Sunday, July 08, 2018

Viewpoint: Time to be thinking about local elections

Prior to the last local elections, we held a ‘Town Hall’ meeting to which the candidates were invited, to discuss with us how they considered Kilcullen and what part they might play in the town’s future development, writes Brian Byrne.

The exercise was partly that we could have their answers on record, with a view to chasing them up during their tenure, and also to be a basis for a ‘report card' when they came canvassing our votes once again.

That’s all for nought now, given how we are — again — being shoved into a different electoral area for next year’s poll. None of our area's existing councillors are likely to be on the next campaign in Kilcullen.

No one here is happy with the way the town is such a ‘political football’, but we can hope that the community at least won’t be divided when the actual boundaries are drawn. Like when we were partly Naas and partly Athy prior to the last elections.

Will it be positive or otherwise being attached to Newbridge and whatever other communities are in its orbit? It’s hard to tell at this point, but the new situation will be similar to when I ran for the Council myself in 1974. Kilcullen then was incorporated with Newbridge, the Curragh, Ballysax, Usk and, at the other edge, Rathangan.

In a way Kilcullen then had two candidates … myself for Fine Gael and Paddy Aspell for Fianna Fail. Though Paddy had by then been a resident of Newbridge for a number of years, that hadn’t diminished his grĂ¡ for Kilcullen, nor his connections in it, notably in GAA and Boxing Club circles. For my part, I was embedded as a fourth generation family in the town, active in social and business matters.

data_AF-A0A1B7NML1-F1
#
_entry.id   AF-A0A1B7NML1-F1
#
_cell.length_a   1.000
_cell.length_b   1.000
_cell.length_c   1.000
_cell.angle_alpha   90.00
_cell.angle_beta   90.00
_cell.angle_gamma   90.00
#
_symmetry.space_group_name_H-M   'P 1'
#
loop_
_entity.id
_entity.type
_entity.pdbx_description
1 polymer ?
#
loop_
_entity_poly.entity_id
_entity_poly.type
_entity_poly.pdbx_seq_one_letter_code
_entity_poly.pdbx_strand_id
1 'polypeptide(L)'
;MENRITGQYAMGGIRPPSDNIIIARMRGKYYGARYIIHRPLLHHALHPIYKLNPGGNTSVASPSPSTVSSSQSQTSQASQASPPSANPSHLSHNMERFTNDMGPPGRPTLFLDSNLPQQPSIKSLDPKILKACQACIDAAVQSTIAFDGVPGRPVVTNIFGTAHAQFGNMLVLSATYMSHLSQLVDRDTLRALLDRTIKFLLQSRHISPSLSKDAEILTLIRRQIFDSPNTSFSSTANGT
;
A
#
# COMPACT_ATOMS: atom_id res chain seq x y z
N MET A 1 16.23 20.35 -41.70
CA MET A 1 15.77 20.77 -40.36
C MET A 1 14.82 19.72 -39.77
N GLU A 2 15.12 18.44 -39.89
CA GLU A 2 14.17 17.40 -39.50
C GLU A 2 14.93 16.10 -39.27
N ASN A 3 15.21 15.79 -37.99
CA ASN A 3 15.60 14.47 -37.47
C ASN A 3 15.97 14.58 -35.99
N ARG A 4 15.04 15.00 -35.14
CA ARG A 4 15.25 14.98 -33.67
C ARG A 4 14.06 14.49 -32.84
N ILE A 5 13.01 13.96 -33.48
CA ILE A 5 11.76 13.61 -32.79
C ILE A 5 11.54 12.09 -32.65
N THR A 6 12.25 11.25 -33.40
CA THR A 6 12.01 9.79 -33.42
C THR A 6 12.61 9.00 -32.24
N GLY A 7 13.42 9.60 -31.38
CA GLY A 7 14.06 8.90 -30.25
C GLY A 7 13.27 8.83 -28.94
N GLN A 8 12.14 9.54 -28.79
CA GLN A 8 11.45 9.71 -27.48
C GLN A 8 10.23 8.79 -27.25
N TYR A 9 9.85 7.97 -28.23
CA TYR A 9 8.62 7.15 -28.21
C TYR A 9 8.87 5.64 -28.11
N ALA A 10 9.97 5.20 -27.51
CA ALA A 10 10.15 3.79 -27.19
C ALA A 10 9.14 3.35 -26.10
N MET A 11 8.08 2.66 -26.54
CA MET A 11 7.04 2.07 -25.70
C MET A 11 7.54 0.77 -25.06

I didn’t get a seat, Paddy beat me by a few votes on the tenth count for the last one. His success was partly due to the fact that the army in those days voted solidly Fianna Fail, and Paddy had most of these votes sewn up in the Curragh Camp.

A story I’ve often told since — a true one — is that every time I met him afterwards I thanked him. It is also true that Paddy, who held his seat in most subsequent local elections, was always available to try and help Kilcullen interests, even when the town had later been shifted out of the Newbridge electoral area.

Down those decades, Kilcullen had other ‘champions’ too, such as John Dardis as councillor and senator, and in more recent times with Cllr Martin Heydon, now a TD, and Cllr Ivan Keatley even though he is out of the the area in which Kilcullen is currently located. But there were also times when, as the grounds shifted beneath us in the various rejigs, we certainly were a 'deserted village' in political clout terms. Especially in the 1992 General Election, when Kilcullen wasn't even in the Kildare constituency, having been controversially attached to Wicklow.

At that time the Kilcullen bypass was being planned. The late Pat Dunlea knew business would be adversely affected, especially at the north end, because the plan offered only one access point to Kilcullen, where it is today at the southern end. To highlight the case, and to try and have a north link access, with the encouragement of many individuals and business people in Kilcullen, he ran for the Dail in 1992. Garnering over 1,300 votes, probably every voter in the then much smaller settlement, he only got a tiny level of transfers and dropped out on the fifth count with just 2.5pc of the vote.